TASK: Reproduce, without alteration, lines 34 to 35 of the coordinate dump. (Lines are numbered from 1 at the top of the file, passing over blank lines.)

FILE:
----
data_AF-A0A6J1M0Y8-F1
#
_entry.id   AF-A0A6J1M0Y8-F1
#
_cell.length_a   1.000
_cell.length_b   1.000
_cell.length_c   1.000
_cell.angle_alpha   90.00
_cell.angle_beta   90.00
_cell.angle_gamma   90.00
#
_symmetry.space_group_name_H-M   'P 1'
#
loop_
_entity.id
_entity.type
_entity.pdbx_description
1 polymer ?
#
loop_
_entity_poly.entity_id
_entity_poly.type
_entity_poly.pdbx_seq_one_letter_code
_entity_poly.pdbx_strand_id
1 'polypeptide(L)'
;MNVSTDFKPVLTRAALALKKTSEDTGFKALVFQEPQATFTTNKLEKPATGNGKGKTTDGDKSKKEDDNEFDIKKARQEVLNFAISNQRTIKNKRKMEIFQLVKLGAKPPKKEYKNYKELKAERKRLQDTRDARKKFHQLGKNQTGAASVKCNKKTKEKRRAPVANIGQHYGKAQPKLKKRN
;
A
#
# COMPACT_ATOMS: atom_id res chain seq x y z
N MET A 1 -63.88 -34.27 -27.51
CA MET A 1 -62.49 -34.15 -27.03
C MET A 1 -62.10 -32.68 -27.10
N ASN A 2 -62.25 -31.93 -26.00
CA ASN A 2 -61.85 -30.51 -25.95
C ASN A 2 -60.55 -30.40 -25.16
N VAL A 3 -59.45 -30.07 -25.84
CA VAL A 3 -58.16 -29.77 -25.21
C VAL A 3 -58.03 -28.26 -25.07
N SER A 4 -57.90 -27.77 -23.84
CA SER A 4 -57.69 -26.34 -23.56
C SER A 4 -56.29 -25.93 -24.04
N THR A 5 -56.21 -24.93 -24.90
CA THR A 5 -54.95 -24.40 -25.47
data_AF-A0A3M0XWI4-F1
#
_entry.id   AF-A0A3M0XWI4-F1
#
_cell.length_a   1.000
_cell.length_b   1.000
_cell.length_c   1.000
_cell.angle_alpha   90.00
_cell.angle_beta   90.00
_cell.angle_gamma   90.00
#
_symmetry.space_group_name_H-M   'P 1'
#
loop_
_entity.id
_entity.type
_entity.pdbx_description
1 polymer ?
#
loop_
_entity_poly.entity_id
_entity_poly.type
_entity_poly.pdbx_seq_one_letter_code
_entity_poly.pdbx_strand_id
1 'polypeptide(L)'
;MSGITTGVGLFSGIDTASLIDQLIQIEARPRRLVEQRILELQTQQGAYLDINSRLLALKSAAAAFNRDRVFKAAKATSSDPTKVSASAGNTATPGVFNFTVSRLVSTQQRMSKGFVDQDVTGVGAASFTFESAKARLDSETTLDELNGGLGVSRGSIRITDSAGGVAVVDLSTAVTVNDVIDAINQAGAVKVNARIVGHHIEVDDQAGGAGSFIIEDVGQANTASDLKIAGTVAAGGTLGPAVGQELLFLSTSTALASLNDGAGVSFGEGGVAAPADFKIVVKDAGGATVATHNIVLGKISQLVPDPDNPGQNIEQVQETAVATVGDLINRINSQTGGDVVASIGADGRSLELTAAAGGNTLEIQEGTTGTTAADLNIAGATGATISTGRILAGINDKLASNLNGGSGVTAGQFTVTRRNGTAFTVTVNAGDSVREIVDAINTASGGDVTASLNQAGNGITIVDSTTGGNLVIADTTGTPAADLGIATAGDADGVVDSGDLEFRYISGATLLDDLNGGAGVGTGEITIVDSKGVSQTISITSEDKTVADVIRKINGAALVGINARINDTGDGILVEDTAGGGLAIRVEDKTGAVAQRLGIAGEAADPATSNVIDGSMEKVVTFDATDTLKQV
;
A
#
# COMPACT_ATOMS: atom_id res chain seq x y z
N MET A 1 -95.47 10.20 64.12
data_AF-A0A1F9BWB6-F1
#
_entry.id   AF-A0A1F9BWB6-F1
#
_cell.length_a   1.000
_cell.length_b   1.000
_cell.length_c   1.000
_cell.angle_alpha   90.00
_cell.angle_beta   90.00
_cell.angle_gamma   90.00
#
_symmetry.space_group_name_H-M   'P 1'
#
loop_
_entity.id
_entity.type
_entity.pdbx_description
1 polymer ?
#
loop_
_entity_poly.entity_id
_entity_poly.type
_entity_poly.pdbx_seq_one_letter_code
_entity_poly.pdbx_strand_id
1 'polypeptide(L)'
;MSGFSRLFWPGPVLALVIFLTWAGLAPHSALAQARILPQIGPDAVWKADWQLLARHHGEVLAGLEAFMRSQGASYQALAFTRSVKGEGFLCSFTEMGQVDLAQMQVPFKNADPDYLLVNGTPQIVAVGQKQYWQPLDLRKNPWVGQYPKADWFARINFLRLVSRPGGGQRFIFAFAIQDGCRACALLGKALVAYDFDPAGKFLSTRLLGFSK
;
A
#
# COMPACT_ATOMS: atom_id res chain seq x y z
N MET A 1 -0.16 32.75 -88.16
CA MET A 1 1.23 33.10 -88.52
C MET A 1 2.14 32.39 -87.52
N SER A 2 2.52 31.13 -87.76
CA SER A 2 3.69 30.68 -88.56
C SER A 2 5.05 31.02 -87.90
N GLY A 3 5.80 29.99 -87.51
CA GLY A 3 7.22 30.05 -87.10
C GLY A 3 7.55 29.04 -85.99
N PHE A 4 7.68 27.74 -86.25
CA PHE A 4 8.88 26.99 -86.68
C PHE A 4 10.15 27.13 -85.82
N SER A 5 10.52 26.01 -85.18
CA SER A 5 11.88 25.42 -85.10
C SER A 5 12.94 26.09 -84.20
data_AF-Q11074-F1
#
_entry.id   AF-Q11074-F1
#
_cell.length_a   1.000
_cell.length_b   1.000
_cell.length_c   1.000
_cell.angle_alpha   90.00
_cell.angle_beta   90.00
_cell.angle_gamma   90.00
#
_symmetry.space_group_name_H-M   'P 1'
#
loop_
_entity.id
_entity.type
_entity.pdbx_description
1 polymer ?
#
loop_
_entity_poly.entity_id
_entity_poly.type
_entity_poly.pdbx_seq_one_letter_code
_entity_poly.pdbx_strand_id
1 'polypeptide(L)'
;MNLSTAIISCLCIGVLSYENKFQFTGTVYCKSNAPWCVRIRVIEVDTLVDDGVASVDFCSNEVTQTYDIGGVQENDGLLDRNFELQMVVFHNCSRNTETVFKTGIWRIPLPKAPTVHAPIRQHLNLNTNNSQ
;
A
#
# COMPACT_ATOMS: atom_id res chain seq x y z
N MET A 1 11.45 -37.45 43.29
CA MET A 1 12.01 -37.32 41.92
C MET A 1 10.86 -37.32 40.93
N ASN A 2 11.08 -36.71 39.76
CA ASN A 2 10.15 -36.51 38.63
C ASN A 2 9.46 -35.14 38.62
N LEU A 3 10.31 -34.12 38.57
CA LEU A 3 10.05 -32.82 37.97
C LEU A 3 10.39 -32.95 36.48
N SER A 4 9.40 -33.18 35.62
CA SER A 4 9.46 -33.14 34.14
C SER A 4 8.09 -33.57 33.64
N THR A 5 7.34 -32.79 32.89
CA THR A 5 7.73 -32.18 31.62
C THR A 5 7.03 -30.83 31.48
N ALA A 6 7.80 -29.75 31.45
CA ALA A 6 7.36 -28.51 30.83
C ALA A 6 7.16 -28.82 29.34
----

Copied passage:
N ASN A 2 -62.25 -31.93 -26.00
CA ASN A 2 -61.85 -30.51 -25.95